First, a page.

How to Keep Remote Workers Engaged


The ranks of telecommuters and remote workers grow every day.  Many managers want to know how to keep these workers engaged.

There are many reasons that a remote worker may become disengaged.  First, he may feel that he is not part of a cohesive team.  He may also lose interest in the work he is doing, or in the company’s mission.  A remote worker may also sense a lack of rewards for effort and good work.

In order to keep remote workers engaged, focus on three key areas.  First, build a sense of community that fosters teamwork.  Second, keep employees interested in their work and in the company.  Finally, offer rewards for exceptional work.

Build a Sense of Teamwork

If you are a manager, boss, or company owner, you should aim to build relationships with your employees.  You should also try to make sure that employees build relationships with one another.  In addition, make sure that everyone is clear on company goals, and how their work contributes to those goals.  Finally, build up your company culture, so that people have a good feeling about the company overall.

Get to Know Employees

Take a little time to learn a little about your employees.  In order to coax people to share, you will probably need to share a little about yourself!  Tell them about your family, hobbies, and goals for the company.  In exchange, they will be more willing to share details of their lives with you.  Ask about these details once in a while, and update your notes accordingly.

Example

Hi Jeff,

Thanks for finishing those reports early – they look great.

I hope Joey will feel better in time for the game on Friday.  I know he is looking forward to the season opener.

Talk to you soon.

By including the tiny little detail about Jeff’s son Joey, you are showing that you are a human being.  Show that you care about the employee, and he will begin to feel like part of the group.

You should consider jotting down some quick notes when you talk to an employee.  Some people think that it “doesn’t count” if you can’t remember these details.  I completely disagree.  Taking the effort to take notes shows that you care enough to make the effort.  This is true even if your memory is not as great as it once was.  (Maybe it was never that great in the first place!)

In-Person Gatherings

This might not be feasible if your employees are far-flung.  Still, you can make an effort to invite everyone to an in-person gathering.  If there is a slow season in the business, you could invite everyone to bring family on a vacation somewhere.  You could also plan for everyone to attend a conference or seminar that lasts a few days.  These gatherings can help everyone to feel a bit closer to coworkers.  This is especially true when they might only see or hear these coworkers during video or conference calls.

Set Goals that Involve Everyone

Your company should have goals, for both the short-term and long-term.  However, these goals can also serve to build teamwork among your employees.  For instance, you could have a friendly competition between two sales groups, to see who has the better quarter/year.  Then, you could give the winning group an allowance.  They could use this to treat themselves and the other team to some type of perk.  Amazon, FedEx, and UPS can deliver almost anything to your remote workers!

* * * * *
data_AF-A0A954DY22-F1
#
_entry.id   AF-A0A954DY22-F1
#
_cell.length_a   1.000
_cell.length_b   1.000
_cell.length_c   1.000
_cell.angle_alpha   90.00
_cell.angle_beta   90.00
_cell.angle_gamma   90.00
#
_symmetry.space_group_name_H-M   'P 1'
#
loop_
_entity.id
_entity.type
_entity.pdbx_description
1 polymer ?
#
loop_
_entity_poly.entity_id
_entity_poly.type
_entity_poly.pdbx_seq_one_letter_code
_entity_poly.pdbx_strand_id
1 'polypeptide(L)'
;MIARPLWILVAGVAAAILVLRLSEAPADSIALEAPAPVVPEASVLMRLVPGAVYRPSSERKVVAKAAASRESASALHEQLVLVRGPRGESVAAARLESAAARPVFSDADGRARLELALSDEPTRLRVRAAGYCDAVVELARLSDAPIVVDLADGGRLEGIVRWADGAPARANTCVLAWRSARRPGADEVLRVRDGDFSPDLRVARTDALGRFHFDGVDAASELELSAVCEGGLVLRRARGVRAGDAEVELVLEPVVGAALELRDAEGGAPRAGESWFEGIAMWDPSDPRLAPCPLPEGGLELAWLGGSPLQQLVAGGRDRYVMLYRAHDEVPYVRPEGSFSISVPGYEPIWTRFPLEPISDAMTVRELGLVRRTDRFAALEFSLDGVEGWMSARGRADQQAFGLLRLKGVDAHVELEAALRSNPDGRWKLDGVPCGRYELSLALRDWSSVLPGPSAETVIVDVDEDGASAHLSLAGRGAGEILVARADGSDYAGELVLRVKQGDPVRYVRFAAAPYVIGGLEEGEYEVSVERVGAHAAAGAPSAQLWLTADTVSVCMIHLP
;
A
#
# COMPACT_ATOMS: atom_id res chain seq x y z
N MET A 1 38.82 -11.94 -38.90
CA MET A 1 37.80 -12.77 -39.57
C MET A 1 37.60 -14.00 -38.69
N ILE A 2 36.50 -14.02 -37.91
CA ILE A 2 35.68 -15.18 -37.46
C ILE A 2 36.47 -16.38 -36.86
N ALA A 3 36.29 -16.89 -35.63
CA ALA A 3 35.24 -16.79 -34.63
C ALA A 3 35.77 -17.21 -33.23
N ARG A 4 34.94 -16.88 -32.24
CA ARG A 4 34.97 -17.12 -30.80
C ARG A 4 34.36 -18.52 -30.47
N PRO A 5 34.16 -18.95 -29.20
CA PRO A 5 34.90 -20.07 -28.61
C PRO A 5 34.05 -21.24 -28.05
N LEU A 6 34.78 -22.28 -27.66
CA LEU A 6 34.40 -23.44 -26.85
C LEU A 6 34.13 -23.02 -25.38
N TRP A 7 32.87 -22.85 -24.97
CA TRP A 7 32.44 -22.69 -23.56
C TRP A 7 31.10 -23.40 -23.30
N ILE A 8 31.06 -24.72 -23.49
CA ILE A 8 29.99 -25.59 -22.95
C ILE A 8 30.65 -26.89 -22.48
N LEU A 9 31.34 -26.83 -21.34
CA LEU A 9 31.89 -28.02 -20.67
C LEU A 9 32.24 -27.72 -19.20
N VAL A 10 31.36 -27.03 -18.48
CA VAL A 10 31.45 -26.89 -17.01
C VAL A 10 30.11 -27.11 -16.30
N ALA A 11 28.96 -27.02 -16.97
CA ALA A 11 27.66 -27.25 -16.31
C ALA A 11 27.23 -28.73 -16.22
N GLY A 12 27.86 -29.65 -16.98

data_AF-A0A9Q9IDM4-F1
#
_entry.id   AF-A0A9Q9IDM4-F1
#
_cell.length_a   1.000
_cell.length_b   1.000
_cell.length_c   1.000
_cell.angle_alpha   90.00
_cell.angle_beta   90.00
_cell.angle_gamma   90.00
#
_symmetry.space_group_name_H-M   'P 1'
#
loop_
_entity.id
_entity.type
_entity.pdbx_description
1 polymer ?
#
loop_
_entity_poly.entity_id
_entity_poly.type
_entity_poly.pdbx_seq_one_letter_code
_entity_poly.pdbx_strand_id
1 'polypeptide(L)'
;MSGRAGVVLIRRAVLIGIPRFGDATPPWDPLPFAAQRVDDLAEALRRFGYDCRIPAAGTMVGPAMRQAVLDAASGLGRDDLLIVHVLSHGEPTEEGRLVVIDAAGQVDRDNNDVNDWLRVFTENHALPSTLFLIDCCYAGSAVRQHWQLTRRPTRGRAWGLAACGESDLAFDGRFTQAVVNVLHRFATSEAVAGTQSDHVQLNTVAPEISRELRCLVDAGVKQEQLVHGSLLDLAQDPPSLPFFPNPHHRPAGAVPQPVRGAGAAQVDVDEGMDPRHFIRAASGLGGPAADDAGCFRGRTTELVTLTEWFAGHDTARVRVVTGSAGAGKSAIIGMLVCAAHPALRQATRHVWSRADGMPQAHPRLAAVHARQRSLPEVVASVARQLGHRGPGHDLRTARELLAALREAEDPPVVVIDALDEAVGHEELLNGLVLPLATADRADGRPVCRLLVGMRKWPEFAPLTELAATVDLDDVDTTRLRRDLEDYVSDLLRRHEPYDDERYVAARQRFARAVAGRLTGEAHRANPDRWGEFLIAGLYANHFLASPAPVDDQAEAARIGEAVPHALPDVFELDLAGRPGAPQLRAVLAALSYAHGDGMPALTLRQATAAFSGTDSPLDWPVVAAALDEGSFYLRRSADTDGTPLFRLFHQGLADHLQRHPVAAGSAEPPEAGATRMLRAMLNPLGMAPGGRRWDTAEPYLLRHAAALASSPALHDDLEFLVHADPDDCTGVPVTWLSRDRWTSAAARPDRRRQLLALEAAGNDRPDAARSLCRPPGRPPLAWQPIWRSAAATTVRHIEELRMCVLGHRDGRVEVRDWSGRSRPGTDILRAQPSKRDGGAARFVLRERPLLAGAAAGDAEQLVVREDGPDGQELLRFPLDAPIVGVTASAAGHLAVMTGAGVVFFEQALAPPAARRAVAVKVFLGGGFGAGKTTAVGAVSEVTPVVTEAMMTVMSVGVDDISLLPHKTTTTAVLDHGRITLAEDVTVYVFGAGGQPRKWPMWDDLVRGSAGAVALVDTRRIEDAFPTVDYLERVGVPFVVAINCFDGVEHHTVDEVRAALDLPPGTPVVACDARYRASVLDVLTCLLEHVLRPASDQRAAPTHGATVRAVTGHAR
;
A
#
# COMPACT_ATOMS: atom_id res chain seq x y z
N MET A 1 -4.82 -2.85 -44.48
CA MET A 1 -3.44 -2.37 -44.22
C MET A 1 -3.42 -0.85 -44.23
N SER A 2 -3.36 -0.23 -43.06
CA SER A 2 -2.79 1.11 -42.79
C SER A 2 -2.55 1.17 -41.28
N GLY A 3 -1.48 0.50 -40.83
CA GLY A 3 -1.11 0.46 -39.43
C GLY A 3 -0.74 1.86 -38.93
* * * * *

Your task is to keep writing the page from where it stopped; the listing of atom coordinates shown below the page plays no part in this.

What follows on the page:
When you have these companywide goals, each team member will feel that his work is more important.  If he fails, he won’t just be letting himself down.  He will be letting down his entire group.  This will make him more likely to seek improvement and ask for help if he needs it.  He is also more likely to offer help to coworkers in need!

Build Your Company Culture

When employees work in-person at a company, there are usually events like cookouts, holiday parties, and guest speakers to attend.  When your employees are remote, it is not practical for them to attend all of these events.

Keep Employees Interested

To keep remote workers interested, make sure that they understand the role their work plays in the company’s success.  Also, provide training to keep them up to date on the latest developments in your industry.  In addition, you should ask employees for their input to generate some ideas, and to spark some interest.  Finally, hold meetings and ask questions that are on-point and on-topic.

Make Expectations and Reasons Clear

Don’t just give an assignment.  Tell your employee how the work will fit into the bigger picture.  Instead of the work seeming like an isolated task, it will seem like part of a group effort.  If your company has a policy or certain way of doing things, make the reasons clear.

Example

Don’t say “Make this Java code run faster”.

Instead, say “If we can make this Java code run in 30% less time, than we can improve customer satisfaction.  I think this will increase revenue by 10%.  Can you make it work?”

Provide Online Training

There are several ways to provide training to remote employees.  You could give them an allowance to take courses at a college, either in-person or online.  You could also give them a training stipend to spend as they see fit.  The employee could use the stipend for online courses of the employee’s choosing.  He could also use it for seminars or conventions in your industry.

You could even have members of your team provide online training via Skype, using screen sharing.  Each member of your team can likely teach something interesting and helpful to the rest of the group.  Ask for suggestions and see if anyone has any ideas for training!